FROM ADVOCATE DAILY: Bonkalo report focuses too much on paralegals, not on other solutions


Bonkalo recommendations fail to address larger issues

From AdvocateDaily this week:

The Family Legal Services Review focuses too much on the expanded use of paralegals without considering other potential fixes to the system, says Ottawa family lawyer Timothy N. Sullivan.

Sullivan, principal of SullivanLaw, says the report by former Ontario chief justice Annemarie Bonkalo is problematic because it proposes paralegals take on some responsibilities of family law and not others. But the larger issue, he says, is there are potential solutions not addressed by the report.

In her report to Ontario’s Ministry of the Attorney General, Bonkalo suggested a specialized licence for paralegals to provide specific family legal services without the supervision of lawyers. She recommended those services include custody and access issues, simple child support cases, restraining orders and straightforward divorce matters that don’t involve property issues.

“The recommendations fall within the report’s terms of reference, but they are probably deficient in accomplishing the task of having more people represented in court,” Sullivan tells “The focus was how to get paralegals into the family law system.”

There have been long-standing concerns in family law about the rise of self-represented litigants — estimated at 57 per cent in 2014-15 — resulting in reduced access to justice for members of the public. But people wading into the often foreign territory of a courtroom without the guidance of a lawyer are also blamed for bogging down an already taxed system.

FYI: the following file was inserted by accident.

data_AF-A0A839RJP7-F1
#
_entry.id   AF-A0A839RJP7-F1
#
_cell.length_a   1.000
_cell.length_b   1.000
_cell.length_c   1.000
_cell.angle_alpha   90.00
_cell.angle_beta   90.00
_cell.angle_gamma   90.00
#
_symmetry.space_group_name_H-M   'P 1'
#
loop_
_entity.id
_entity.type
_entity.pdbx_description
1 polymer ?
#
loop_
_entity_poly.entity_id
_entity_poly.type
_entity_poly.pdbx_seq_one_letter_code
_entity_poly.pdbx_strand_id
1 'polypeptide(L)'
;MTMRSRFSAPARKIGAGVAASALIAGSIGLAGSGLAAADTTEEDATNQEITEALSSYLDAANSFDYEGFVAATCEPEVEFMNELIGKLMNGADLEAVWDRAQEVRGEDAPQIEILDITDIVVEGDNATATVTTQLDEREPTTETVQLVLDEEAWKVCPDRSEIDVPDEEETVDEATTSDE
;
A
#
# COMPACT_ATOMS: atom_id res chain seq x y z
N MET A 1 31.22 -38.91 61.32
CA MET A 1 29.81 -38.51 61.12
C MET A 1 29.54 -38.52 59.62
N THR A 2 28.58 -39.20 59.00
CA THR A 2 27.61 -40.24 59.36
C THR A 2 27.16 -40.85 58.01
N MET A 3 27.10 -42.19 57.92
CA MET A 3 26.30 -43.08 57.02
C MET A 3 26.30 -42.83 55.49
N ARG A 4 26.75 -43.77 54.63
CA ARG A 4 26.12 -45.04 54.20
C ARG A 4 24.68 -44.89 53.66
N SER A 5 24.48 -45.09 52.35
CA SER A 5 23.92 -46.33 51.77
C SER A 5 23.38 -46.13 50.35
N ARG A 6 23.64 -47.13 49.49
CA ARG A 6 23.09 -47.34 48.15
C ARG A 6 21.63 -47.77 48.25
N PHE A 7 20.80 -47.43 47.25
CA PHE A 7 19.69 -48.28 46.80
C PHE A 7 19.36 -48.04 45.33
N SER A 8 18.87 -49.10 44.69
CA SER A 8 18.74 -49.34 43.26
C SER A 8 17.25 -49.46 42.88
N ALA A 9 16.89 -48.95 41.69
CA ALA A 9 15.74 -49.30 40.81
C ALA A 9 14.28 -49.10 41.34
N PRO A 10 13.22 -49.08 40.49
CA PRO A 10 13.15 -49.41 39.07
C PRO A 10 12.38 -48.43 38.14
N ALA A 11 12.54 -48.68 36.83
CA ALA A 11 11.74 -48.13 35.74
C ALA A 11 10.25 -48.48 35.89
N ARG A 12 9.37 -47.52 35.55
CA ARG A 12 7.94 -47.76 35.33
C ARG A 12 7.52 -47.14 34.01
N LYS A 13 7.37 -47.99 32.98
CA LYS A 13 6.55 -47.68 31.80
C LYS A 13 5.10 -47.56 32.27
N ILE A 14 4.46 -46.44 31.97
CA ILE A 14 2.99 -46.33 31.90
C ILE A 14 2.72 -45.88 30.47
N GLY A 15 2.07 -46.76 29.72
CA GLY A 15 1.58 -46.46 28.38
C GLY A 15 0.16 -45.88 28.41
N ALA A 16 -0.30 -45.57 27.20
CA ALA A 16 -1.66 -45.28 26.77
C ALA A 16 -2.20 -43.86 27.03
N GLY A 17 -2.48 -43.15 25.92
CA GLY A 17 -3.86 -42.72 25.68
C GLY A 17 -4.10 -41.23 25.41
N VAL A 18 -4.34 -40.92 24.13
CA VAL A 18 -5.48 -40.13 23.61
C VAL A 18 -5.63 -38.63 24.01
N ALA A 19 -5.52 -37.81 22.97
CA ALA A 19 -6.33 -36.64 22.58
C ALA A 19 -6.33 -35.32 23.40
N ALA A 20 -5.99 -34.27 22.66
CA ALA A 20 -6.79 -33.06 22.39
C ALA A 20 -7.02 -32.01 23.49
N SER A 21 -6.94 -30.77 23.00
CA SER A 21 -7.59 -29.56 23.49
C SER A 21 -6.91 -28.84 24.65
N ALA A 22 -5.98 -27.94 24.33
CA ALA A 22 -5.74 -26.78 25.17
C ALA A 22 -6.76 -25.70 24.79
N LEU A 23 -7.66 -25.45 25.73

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FROM ADVOCATE DAILY: All Families Are Equal Act


Children and same-sex parents to be protected by Ontario law

Ontario law is catching up with the increase in same-sex parents this week.

From the Canadian Press via Advocate Daily:

Ontario parents who conceive their children using assisted reproduction will get more legal rights as laws that require same-sex couples to adopt their own children are being updated.

The Liberal government is introducing the All Families Are Equal Act today, which would update a parentage law that hasn’t been changed since 1978.

Some LGBTQ parents and others who are not biologically related to their children often need to go to court to be legally recognized as parents.

But the new legislation would ensure all couples who use assisted reproduction to conceive, including the use of a surrogate, are legally recognized as parents.

In an interview with, Ottawa family and litigation lawyer Timothy N. Sullivan says the proposed legislation is an example of how laws must continually adapt to protect children and parents.

“While it should be easier to name a bone fide parent to a child conceived outside of the more traditional manner, it cannot be a free-for-all,” says Sullivan, principal of SullivanLaw. “Children need to have the protection and certainty of the law and parents need to have the moral and legal obligations of parenthood identified and respected.”


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